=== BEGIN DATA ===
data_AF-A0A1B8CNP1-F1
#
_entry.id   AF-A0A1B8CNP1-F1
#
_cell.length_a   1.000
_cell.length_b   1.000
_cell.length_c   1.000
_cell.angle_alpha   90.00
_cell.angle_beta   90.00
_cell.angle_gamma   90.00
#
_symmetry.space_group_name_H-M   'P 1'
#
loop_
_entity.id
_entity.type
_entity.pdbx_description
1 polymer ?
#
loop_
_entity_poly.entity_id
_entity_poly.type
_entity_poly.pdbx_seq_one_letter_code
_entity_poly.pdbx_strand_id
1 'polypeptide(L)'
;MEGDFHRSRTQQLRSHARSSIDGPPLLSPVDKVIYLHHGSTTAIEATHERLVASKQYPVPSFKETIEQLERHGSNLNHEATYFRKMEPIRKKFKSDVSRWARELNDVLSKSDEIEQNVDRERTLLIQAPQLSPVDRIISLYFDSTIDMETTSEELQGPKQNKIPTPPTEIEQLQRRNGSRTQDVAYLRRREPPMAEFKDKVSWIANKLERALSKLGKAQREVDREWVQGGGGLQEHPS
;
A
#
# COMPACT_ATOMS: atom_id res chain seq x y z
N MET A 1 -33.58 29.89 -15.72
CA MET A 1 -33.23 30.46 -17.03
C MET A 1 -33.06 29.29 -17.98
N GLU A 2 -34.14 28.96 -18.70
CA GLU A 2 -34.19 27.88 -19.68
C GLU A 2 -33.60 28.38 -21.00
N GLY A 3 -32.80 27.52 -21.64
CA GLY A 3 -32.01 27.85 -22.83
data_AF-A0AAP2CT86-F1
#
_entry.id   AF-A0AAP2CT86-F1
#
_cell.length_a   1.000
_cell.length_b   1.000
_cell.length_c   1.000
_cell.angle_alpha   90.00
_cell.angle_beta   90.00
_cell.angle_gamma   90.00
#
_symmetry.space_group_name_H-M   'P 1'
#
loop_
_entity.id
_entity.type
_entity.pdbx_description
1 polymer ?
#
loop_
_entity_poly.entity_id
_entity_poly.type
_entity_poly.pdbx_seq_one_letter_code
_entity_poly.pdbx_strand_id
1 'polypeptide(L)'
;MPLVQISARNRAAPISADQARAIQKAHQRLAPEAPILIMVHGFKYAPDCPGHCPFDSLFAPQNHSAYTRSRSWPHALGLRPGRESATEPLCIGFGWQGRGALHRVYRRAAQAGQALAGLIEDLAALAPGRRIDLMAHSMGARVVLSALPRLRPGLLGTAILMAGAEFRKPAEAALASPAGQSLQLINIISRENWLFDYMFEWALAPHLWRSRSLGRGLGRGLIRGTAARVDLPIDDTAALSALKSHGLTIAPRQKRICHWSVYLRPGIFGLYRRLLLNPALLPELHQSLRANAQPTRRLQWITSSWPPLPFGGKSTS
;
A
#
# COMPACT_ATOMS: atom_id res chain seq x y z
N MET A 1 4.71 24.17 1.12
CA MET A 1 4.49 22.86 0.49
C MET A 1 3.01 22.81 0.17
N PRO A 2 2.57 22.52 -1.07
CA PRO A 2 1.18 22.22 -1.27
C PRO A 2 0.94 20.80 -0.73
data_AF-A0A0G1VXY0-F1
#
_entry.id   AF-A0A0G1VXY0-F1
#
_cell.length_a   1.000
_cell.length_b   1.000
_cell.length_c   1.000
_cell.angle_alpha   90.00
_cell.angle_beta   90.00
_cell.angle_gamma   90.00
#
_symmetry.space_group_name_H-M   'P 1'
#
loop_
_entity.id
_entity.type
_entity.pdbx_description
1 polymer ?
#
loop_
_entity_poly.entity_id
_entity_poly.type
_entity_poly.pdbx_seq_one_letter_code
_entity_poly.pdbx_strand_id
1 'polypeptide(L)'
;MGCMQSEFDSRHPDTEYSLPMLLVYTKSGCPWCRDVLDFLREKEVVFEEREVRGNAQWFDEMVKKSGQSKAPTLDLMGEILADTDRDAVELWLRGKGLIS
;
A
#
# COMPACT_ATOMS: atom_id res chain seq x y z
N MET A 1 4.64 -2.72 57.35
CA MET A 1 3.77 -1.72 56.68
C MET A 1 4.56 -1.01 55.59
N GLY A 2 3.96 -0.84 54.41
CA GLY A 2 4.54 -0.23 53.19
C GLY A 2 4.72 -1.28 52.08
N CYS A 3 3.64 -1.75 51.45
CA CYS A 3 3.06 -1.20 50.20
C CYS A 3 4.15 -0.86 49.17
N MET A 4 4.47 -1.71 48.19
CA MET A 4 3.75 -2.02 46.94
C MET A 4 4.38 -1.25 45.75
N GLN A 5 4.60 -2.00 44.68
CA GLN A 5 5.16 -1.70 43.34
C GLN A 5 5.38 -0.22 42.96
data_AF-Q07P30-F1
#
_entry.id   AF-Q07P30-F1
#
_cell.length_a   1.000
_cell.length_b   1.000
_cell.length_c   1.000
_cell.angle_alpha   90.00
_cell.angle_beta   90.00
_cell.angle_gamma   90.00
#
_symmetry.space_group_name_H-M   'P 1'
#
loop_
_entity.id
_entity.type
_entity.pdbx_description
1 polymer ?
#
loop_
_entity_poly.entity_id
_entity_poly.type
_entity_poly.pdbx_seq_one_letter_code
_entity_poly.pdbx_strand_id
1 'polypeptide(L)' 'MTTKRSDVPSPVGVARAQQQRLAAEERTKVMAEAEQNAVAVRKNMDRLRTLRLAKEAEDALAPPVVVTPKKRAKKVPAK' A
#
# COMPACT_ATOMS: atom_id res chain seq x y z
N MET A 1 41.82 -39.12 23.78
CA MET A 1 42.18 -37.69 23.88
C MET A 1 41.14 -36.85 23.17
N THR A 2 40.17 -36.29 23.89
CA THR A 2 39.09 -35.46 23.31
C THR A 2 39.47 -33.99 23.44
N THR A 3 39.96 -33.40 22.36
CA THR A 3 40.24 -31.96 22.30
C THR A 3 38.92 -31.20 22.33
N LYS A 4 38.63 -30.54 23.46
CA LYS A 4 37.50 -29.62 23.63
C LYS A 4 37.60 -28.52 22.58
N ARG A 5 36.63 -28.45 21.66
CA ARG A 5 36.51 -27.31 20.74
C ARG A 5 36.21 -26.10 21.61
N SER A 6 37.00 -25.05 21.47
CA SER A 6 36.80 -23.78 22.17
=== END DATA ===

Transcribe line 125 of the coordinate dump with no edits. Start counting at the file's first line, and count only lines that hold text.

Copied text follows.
_cell.length_b   1.000